Q. I have been diagnosed with postnatal depression and told I have to stop breastfeeding my 3 month old daughter because of needing medication, is this correct?

A. Most of the new drugs that nay help with depression are not licensed to be given to breastfeeding women.  However there is information about the amount of the drug which will reach the baby through breastmilk.  Most drugs can be taken during breastfeeding and only small amounts pass into breastmilk.  You can check this information here but should still discuss the risks with your GP or a pharmacist.  

It is important that you enjoy your time with your baby, so please don't be put off taking medication. Breastmilk with a small amount of drug is very beneficial. Some people think that formula would be safer but this is not true. It may be that breastfeeding is a time for you to relax and enjoy at the moment, so concentrate on looking after yourself and your baby but accept help with routine tasks.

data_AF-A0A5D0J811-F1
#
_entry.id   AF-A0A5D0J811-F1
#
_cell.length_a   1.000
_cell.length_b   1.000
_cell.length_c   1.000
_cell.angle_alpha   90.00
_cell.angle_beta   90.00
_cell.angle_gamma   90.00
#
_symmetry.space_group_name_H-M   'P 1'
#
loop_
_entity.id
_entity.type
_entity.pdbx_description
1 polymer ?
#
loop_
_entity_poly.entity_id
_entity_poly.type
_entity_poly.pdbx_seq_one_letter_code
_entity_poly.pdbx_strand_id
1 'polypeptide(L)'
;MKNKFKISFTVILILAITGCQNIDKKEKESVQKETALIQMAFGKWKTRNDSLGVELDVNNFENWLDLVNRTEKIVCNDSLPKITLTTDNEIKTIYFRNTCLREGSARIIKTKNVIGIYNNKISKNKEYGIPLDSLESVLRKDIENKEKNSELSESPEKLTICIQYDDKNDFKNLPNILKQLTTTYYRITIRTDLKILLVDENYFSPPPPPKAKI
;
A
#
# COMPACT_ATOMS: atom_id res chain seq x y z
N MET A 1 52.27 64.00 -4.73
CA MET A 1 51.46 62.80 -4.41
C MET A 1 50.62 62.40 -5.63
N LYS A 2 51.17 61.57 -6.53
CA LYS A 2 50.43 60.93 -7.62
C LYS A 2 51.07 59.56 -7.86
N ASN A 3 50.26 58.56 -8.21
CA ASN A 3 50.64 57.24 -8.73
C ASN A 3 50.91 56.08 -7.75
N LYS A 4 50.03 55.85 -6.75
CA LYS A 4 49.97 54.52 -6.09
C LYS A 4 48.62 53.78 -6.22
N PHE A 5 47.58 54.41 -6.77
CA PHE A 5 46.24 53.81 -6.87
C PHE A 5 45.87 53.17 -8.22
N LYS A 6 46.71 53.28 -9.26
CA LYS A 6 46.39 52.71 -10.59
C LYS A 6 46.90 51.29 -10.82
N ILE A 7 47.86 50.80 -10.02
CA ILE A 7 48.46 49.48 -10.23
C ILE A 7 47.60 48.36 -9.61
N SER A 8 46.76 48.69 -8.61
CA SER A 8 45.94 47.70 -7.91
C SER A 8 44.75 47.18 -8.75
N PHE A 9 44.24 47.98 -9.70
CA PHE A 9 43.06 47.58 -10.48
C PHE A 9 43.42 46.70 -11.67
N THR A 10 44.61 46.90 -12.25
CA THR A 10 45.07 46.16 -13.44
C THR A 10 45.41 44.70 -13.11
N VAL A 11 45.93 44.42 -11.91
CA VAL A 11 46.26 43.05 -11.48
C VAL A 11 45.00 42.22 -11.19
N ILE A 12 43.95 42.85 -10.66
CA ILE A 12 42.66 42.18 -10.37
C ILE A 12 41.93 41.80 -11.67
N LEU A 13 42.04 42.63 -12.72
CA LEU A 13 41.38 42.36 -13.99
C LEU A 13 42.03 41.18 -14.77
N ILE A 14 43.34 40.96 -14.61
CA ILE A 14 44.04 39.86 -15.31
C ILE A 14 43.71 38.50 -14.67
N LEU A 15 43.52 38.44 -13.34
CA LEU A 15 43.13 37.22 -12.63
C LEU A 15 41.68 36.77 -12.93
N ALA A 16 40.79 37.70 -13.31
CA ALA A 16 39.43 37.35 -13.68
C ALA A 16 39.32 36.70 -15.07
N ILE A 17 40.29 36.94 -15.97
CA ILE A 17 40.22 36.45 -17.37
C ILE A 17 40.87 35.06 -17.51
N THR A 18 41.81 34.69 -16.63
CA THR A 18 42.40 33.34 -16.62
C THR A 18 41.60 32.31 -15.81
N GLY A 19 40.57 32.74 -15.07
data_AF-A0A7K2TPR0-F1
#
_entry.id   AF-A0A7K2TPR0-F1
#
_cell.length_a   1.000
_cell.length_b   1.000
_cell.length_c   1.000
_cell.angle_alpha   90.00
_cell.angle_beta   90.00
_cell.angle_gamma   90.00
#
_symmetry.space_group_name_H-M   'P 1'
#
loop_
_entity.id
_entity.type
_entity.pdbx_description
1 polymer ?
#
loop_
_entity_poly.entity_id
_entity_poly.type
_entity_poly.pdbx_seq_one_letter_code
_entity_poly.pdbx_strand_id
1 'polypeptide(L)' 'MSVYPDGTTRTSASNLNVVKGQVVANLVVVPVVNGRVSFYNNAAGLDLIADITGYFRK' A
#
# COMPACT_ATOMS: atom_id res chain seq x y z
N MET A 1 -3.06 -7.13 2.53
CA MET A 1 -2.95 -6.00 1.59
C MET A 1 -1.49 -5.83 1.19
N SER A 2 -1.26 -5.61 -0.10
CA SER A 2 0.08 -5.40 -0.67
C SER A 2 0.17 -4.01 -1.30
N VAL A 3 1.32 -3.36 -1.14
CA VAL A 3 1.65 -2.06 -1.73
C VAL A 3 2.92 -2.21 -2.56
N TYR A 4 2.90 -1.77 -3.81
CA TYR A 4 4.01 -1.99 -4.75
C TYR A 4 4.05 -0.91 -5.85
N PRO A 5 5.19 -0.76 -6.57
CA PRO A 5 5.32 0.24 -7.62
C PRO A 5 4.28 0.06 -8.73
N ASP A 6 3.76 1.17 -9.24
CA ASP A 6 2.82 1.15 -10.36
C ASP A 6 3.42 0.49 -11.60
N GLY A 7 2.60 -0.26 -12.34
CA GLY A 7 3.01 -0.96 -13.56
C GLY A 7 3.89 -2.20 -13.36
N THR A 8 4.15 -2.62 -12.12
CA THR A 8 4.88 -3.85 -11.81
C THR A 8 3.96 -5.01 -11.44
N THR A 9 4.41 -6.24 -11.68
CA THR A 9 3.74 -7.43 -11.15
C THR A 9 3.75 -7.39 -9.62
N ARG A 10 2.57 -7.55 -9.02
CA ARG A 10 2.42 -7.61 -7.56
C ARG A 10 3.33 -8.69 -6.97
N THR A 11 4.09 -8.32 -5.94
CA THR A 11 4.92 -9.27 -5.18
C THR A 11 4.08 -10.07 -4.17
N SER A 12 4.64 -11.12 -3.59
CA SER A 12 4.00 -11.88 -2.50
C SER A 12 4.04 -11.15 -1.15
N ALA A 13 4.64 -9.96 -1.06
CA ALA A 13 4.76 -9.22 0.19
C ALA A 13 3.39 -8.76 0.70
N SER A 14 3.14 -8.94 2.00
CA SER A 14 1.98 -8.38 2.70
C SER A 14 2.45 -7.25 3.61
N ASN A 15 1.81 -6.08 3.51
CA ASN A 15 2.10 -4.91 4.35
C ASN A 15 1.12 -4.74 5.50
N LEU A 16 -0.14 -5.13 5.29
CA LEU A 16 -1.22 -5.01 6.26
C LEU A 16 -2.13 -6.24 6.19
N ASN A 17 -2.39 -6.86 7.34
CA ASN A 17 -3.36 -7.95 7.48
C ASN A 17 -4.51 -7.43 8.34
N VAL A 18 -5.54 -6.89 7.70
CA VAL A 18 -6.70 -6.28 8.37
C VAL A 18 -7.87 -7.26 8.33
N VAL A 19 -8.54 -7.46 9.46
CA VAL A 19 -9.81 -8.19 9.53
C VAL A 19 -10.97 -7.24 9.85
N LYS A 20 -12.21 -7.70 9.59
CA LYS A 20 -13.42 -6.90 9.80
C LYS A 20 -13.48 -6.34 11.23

Q. Is it ok to have some alcohol whilst breastfeeding?

A. There's some evidence that regularly drinking more than two units of alcohol a day while breastfeeding may affect your baby's development. But an occasional drink is unlikely to harm your breastfed baby.

It's recommended that breastfeeding mothers have no more than one or two units of alcohol once or twice a week.  One unit of alcohol is approximately a single (25ml) measure of spirits, half a pint of beer, or 125ml (small) glass of wine, although this depends on the strength of the drink

If you do intend to have a social drink, you should try avoiding breastfeeding for two to three hours per unit after drinking.  This allows time for the alcohol to leave your breast milk.  You will need to make sure breastfeeding is established before you try this.   You can find more information here regarding this subject. 

Back to 'feeding your baby'.